Don’t let the crappy previews put you off. I had heard good things about this movie, but was blown away by the tight script, suspense and excellent acting (particularly from the darker than usual Bateman) I’ve been impressed with Edgerton since his early appearances (Warrior, Animal Kingdom) and his screen presence in this psychological thriller together with Bateman’s is undeniable.
If you’re a fan of those once great 90’s thrillers like “Cape Fear”, and “The Hand That Rocks The Cradle”, you’ll love this intelligently crafted, “gift” of a movie.
What I’m Listening To
Malcolm Gladwell, the author of well known bestsellers, “The Tipping Point” and “Outliers” recently released his own podcast dealing with some lesser known aspects of history. The most recent episode looks at Wilt Chamberlain and the history of underhand free throws as a focal point for why people persist in making bad decisions and bend to social pressure despite being confronted with overwhelming counter evidence to the contrary.
Gladwell is an excellent story-teller even if he sometimes lets a good narrative get in the way of the facts from time to time.
A show which has become one of my regular listens is the PED Radio podcast. It’s much better since they let go of two of their former hosts and bought on Jordan Peters – a prep coach from England. Peters has a tonne of experience working with guys like Milos Sarcev and Dr Scot Stevenson and it’s super enlightening to listen to his theories on contest prep and body recomp.
Quote of the Week
“Don’t feel sorry for yourself. Only assholes do that.” – Haruki Murakami – Norwegian Wood
“The definition of Power is not financial success, status or influence over others, but the degree to which we have control over our own lives” – Rollo Tomassi – The Rational Male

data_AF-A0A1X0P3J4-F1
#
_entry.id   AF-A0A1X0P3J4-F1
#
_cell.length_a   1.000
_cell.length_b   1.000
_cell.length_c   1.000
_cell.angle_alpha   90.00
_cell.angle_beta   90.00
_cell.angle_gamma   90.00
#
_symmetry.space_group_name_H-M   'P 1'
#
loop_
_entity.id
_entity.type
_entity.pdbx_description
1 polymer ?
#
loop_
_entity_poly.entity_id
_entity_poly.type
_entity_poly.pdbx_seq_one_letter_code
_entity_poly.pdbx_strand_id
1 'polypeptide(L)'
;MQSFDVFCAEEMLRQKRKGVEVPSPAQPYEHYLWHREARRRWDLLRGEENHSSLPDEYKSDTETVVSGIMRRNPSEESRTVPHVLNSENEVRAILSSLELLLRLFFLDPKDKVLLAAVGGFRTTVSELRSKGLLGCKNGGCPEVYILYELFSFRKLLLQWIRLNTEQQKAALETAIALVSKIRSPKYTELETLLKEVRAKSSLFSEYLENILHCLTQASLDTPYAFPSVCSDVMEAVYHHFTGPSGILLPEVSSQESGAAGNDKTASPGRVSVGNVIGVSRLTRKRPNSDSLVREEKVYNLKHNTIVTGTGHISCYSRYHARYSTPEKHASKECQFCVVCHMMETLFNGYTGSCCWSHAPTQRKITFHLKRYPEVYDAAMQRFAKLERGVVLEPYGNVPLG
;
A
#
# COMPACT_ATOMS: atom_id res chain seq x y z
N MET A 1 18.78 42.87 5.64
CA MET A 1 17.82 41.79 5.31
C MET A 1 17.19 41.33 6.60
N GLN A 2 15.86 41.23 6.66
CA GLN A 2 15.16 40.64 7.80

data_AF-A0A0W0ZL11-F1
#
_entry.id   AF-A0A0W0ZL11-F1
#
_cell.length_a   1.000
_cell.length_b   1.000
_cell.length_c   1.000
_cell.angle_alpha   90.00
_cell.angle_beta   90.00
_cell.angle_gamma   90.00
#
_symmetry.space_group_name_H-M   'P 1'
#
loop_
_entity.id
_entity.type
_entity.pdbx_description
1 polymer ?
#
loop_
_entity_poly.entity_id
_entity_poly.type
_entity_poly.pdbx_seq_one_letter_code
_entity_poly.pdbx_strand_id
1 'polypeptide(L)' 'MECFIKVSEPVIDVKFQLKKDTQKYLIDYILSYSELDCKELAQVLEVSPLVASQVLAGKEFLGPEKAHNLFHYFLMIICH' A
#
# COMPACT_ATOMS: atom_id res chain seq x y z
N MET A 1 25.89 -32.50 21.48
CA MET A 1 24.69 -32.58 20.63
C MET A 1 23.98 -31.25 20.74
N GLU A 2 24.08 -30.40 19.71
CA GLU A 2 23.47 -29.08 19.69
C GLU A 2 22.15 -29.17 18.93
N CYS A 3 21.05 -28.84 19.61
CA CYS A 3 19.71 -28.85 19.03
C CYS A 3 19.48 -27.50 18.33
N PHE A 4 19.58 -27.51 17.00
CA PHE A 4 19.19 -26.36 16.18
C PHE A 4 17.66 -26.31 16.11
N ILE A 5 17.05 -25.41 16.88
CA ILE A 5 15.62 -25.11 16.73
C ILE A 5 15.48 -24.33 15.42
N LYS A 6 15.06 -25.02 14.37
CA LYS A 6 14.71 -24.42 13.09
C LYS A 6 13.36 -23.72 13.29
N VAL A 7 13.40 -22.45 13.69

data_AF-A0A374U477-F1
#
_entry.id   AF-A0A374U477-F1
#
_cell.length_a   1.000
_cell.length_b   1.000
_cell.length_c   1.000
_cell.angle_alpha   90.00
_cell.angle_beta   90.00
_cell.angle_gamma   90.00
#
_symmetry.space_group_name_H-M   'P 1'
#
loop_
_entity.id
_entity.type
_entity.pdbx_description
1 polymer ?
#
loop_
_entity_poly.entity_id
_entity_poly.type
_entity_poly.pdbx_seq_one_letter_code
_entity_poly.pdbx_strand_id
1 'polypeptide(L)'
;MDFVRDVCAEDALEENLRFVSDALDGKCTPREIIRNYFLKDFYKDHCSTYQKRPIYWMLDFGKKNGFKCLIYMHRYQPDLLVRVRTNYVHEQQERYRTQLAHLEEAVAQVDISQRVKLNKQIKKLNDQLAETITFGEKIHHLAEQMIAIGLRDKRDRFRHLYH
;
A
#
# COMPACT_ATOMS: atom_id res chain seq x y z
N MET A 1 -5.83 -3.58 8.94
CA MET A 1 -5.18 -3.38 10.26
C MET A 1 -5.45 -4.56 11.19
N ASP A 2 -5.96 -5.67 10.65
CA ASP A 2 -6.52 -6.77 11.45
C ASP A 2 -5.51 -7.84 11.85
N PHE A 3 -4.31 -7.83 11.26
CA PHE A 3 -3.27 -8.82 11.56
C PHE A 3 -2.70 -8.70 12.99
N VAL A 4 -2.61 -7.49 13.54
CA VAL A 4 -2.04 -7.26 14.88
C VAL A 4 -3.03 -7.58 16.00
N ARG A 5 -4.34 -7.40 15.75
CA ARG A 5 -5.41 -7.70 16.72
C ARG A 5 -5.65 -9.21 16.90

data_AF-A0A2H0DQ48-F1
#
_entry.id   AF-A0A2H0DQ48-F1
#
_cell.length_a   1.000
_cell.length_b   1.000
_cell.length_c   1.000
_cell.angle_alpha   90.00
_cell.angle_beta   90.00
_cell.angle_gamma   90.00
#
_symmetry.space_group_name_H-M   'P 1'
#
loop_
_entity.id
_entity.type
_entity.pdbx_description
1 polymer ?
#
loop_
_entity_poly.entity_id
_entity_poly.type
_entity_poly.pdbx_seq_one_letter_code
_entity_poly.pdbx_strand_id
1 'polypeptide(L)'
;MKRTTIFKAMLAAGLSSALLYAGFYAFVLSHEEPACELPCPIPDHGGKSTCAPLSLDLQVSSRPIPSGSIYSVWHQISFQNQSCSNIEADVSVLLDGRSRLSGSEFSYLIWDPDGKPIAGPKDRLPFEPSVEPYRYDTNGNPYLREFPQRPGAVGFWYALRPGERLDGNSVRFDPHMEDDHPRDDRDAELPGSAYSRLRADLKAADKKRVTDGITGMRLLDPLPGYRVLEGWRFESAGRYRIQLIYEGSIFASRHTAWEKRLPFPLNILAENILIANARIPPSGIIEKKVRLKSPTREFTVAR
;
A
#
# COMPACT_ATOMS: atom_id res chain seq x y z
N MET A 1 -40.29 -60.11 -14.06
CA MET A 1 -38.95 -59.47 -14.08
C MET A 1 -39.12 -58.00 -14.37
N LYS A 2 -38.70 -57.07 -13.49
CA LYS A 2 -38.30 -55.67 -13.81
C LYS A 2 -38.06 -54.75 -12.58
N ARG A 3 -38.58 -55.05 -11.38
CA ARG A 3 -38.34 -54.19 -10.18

Recipe of the Week
Kjötsúpa – Icelandic Stew
Straight from the cauldrons of Viking, Eric the Red, I’ve been using this recipe from the Chaos and Pain archives for years as a solid winter staple.
Packed with a powerhouse of veggies and slow cooked with lamb on the bone, this is a perfect comfort food for those cold evenings. In consuming this, you can practically feel the insane level of nutrients kicking any winter virus’ ass while fortifying your immune system to superhuman or at the very least, Viking levels.
I’ve modified the recipe slightly to my taste:
2 tbsp macadamia oil
6 garlic cloves diced
2kg of lamb on the bone
1 large onion diced
1/3 cup of brown rice or oats
6 cups of water
1/2 tsp. dried thyme
1/2 tsp. dried oregano
Salt and cracked pepper to taste.
1/2 cabbage, roughly chopped
3 carrots, diced
1 turnip or rutabaga diced
4 small potatoes cut into small pieces
In a pan, sauté the onion, 2 cloves of diced garlic and the lamb over a medium heat for 2 minutes. (Do not brown)
Add the onions and lamb to a large pot together with 6 cups of water, rice and herbs on a low boil for 5 minutes.
Add macadamia oil, cabbage, carrots, turnip and potatoes and simmer on a low boil for 20 minutes.
Once done, add mixture to slow cooker and slow cook for 4 hours.